Japan-based Sumitomo Pharmaceuticals made a bid for Myovant Sciences, offering $2.9 billion for the portfolio of therapies for women's health and endocrine disorders. Myovant's lead product candidate is relugolix, an oral GnRH receptor antagonist that is being developed for the treatment of uterine fibroids, endometriosis, and prostate cancer.


Partners Group acquired Pharmathen, a contract development and manufacturing organization (CDMO), for $1.9 billion.10 The company specializes in the development of sustained release technologies such as long-acting injectables, slow-releasing oral medicines and ophthalmics.



Increasing interest rates have made capital more dear. Combined with follow-on financing needs that surged in the year after the huge influx of new, capital-hungry IPOs in 2020 and early 2021, there has been little space for new issues to obtain financing in a declining market. 2022 began optimistically with five IPOs, but the pace slowed by February with the remainder of the year averaging just under two per month. 


Annual IPO Activities by Year, All US Sectors11

Graph: Annual IPO Activities by Year, All US Sectors

Evidence of the difficult markets was apparent in the dramatic slowdown in IPO activity in 2022. After 147 life sciences IPOs in 2021, we saw only 27 in 2022. 2022’s entries included companies ranging in market capitalizations from $3 million to $630 million, a far cry from 2021, where the average value was $520 million. 


IPO Industry Breakdown, Last 12 Months Ending February 20, 202212

Chart: IPO Industry Breakdown, Last 12 Months Ending February 20, 2022

Life Sciences IPO Trends

2022 life sciences IPOs were most frequently in the CNS and neurodegenerative space. Inflammation, oncology and ocular disease were other categories of interest for investors last year. This compares with 2021 trends which saw oncology as the leading category by far, followed by gene and cell therapy, then CNS and neurodegenerative disease. Diagnostic testing was another area with multiple new issues in 2021 which also appeared a couple times in 2022.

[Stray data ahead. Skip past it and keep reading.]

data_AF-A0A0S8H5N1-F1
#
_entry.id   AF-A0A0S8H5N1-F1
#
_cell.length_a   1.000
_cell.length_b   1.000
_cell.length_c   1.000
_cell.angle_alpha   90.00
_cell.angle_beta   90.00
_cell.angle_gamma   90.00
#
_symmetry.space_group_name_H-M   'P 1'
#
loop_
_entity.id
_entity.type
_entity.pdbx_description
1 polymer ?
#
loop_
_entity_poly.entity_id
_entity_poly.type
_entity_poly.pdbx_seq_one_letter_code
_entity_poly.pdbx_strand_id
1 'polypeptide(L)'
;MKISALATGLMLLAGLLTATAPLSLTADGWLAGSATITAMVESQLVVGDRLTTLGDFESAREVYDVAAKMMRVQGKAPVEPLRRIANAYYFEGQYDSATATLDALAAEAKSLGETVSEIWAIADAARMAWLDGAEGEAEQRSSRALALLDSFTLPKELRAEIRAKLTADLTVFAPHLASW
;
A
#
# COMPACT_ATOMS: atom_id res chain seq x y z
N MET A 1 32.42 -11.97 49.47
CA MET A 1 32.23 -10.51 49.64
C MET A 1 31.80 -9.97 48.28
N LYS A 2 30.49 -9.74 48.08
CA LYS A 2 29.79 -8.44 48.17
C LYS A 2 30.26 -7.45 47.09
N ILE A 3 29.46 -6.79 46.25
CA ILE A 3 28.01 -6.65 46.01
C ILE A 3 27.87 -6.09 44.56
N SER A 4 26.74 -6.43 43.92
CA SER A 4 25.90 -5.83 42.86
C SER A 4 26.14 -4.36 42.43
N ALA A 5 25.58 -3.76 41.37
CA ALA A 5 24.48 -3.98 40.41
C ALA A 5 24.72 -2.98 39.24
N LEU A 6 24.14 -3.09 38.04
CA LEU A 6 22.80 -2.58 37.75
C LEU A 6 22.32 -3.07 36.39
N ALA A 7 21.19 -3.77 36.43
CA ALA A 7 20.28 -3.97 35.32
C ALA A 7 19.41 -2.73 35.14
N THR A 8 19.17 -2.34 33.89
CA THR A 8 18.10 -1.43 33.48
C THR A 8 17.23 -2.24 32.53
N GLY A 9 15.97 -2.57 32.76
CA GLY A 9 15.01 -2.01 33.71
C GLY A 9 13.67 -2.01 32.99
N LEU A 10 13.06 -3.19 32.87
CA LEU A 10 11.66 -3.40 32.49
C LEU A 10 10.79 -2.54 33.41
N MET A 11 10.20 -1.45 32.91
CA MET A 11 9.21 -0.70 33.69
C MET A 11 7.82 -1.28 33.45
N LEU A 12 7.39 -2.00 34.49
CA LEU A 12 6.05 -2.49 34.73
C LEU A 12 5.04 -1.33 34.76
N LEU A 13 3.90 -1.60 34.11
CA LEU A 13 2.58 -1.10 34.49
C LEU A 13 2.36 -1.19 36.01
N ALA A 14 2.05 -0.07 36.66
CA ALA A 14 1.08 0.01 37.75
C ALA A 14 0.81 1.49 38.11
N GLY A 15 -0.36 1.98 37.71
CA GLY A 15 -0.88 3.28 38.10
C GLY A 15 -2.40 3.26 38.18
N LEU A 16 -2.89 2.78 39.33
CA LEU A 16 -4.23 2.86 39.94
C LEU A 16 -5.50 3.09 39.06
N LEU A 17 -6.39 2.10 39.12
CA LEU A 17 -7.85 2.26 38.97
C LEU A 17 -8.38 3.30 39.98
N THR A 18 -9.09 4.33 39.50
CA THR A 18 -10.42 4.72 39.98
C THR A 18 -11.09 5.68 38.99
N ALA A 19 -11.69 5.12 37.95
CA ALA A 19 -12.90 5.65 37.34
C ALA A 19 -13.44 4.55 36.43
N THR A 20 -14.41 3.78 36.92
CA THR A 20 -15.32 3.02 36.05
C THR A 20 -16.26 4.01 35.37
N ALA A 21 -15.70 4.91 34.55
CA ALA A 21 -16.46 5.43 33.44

The value raised in 2022 IPO transactions was $2.4 billion, substantially below 2021 levels. 


2022 Initial Public Offerings13

IPO DateTickerCompanySpaceRaised (SMM)
01/06/2022AMLXAmylyx PharmaceuticalsCNS, Neurodegen, ALS$190
01/07/2020CINCCinCor PharmaCardio-renal disease/hypertension$194
01/11/2020VIGLVigil NeuroscienceCNS/Neurodegen/microglia restoration/AD$98
01/11/2022HILSHillstream BiopharmaOncology$15
01/14/2022GLSGelesis HoldingsObesity/GI Chronic disease $105
02/04/2022ACLXArcellxOncology, immuno-$142
02/18/2022AELISAelis FarmaCNS, Brain Disease$28
03/26/2022ANTXAN2 TherapeuticsInfectious Disease, Lung$69
04/05/2022MLTXMoonLakeInflammation/Nanobody therapy $230
04/29/2022BLTEBelite BioOcular, age related macular degeneration$36
04/29/2022HLVXHilleVaxVaccines, gastroenteritis $200
05/06/2022BLCOBausch & LombEye health products$630
05/07/2022PEPGPepGen (US)CNS, Neuromuscular disease, DMD$108
05/17/2022OKYOOKYO PharmaOcular, inflammatory eye disease $3
07/21/2022VRAXVirax Biolabs GroupTest Kits$7
07/28/2022MAIAMAIA BiotechnologyOncology, NSCLC$10
08/27/2022PXMDPaxMedicaCNS, autism $8
8/31/2022SHPHShuttle PharmaceuticalsOncology$10
09/06/22BIAFbioAffinity TechnologiesLung cancer test $8
09/16/2022KNWKnow LabsMedTech, Biosensors $8
09/16/2022THRDThird Harmonic BioInflammatory/Allergy Disease$185